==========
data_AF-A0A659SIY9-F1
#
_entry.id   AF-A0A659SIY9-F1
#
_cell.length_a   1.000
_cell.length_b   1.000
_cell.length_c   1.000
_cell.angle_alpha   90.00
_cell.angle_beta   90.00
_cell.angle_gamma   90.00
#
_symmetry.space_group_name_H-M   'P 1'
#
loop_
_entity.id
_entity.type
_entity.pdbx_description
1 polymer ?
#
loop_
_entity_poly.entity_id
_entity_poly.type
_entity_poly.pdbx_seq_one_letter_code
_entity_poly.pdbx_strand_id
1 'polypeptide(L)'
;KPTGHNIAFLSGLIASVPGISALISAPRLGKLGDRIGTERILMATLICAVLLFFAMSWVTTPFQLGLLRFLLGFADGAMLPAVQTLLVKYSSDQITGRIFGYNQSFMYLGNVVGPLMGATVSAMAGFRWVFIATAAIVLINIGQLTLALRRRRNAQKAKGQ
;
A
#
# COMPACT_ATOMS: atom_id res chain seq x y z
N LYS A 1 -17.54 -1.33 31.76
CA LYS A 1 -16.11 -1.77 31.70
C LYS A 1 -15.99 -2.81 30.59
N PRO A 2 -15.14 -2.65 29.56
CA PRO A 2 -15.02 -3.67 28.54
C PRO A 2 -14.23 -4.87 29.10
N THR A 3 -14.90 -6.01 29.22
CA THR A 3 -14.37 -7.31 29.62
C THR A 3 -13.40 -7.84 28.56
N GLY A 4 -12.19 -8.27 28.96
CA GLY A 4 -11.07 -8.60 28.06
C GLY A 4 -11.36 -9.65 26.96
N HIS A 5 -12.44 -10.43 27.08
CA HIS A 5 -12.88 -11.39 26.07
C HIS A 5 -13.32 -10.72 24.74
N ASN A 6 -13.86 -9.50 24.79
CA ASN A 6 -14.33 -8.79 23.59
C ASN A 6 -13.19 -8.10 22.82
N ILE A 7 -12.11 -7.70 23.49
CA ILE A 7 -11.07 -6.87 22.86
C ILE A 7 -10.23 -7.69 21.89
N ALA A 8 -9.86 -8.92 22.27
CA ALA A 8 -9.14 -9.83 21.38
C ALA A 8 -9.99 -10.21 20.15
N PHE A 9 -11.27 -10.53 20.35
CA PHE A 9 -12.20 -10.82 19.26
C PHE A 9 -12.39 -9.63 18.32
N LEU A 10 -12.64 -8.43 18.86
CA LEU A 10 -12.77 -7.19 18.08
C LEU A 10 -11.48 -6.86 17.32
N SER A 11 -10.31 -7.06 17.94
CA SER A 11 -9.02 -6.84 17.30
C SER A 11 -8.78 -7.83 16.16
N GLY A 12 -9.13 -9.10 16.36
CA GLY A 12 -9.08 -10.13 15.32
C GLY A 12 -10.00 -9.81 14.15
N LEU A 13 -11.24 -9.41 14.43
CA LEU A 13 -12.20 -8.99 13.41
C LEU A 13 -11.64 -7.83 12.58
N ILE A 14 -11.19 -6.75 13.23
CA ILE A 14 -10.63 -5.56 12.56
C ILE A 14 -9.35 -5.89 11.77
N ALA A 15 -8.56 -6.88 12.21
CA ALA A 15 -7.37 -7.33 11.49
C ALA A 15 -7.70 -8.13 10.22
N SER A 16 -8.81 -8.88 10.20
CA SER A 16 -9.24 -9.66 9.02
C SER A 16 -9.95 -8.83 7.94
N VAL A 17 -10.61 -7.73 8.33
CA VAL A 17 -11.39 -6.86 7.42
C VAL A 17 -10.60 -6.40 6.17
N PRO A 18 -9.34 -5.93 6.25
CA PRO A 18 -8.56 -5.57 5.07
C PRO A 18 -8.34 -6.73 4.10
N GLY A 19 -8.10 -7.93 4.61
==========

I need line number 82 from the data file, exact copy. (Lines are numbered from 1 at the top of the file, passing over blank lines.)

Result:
N PRO A 18 -9.34 -5.93 6.25